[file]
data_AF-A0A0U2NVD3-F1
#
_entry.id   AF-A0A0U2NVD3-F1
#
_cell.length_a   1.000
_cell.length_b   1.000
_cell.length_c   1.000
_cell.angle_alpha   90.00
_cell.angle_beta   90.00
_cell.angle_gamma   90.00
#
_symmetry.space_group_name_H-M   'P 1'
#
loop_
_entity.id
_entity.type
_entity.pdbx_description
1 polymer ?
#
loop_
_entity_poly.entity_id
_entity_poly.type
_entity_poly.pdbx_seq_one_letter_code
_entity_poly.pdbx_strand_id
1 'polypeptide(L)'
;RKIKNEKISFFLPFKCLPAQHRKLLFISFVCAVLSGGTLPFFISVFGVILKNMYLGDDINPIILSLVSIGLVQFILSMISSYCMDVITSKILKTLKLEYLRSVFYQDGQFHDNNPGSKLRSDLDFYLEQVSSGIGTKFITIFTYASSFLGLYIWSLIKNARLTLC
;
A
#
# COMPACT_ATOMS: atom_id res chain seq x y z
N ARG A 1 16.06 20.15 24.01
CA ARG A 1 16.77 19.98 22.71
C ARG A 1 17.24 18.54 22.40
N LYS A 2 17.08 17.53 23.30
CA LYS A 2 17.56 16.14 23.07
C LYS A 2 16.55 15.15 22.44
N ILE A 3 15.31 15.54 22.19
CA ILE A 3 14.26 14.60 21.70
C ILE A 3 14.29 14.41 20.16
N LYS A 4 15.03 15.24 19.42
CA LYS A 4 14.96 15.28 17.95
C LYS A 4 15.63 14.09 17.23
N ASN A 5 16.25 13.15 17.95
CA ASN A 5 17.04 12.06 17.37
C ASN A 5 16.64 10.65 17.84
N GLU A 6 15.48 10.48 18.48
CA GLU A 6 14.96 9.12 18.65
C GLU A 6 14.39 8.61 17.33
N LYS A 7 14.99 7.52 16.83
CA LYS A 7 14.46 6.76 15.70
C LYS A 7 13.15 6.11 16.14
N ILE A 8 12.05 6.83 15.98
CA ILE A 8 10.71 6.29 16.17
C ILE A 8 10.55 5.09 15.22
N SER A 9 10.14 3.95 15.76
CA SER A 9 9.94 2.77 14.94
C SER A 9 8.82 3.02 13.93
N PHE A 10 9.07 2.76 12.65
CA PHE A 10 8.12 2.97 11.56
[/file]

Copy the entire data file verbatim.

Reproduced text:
data_AF-A0A0U2NVD3-F1
#
_entry.id   AF-A0A0U2NVD3-F1
#
_cell.length_a   1.000
_cell.length_b   1.000
_cell.length_c   1.000
_cell.angle_alpha   90.00
_cell.angle_beta   90.00
_cell.angle_gamma   90.00
#
_symmetry.space_group_name_H-M   'P 1'
#
loop_
_entity.id
_entity.type
_entity.pdbx_description
1 polymer ?
#
loop_
_entity_poly.entity_id
_entity_poly.type
_entity_poly.pdbx_seq_one_letter_code
_entity_poly.pdbx_strand_id
1 'polypeptide(L)'
;RKIKNEKISFFLPFKCLPAQHRKLLFISFVCAVLSGGTLPFFISVFGVILKNMYLGDDINPIILSLVSIGLVQFILSMISSYCMDVITSKILKTLKLEYLRSVFYQDGQFHDNNPGSKLRSDLDFYLEQVSSGIGTKFITIFTYASSFLGLYIWSLIKNARLTLC
;
A
#
# COMPACT_ATOMS: atom_id res chain seq x y z
N ARG A 1 16.06 20.15 24.01
CA ARG A 1 16.77 19.98 22.71
C ARG A 1 17.24 18.54 22.40
N LYS A 2 17.08 17.53 23.30
CA LYS A 2 17.56 16.14 23.07
C LYS A 2 16.55 15.15 22.44
N ILE A 3 15.31 15.54 22.19
CA ILE A 3 14.26 14.60 21.70
C ILE A 3 14.29 14.41 20.16
N LYS A 4 15.03 15.24 19.42
CA LYS A 4 14.96 15.28 17.95
C LYS A 4 15.63 14.09 17.23
N ASN A 5 16.25 13.15 17.95
CA ASN A 5 17.04 12.06 17.37
C ASN A 5 16.64 10.65 17.84
N GLU A 6 15.48 10.48 18.48
CA GLU A 6 14.96 9.12 18.65
C GLU A 6 14.39 8.61 17.33
N LYS A 7 14.99 7.52 16.83
CA LYS A 7 14.46 6.76 15.70
C LYS A 7 13.15 6.11 16.14
N ILE A 8 12.05 6.83 15.98
CA ILE A 8 10.71 6.29 16.17
C ILE A 8 10.55 5.09 15.22
N SER A 9 10.14 3.95 15.76
CA SER A 9 9.94 2.77 14.94
C SER A 9 8.82 3.02 13.93
N PHE A 10 9.07 2.76 12.65
CA PHE A 10 8.12 2.97 11.56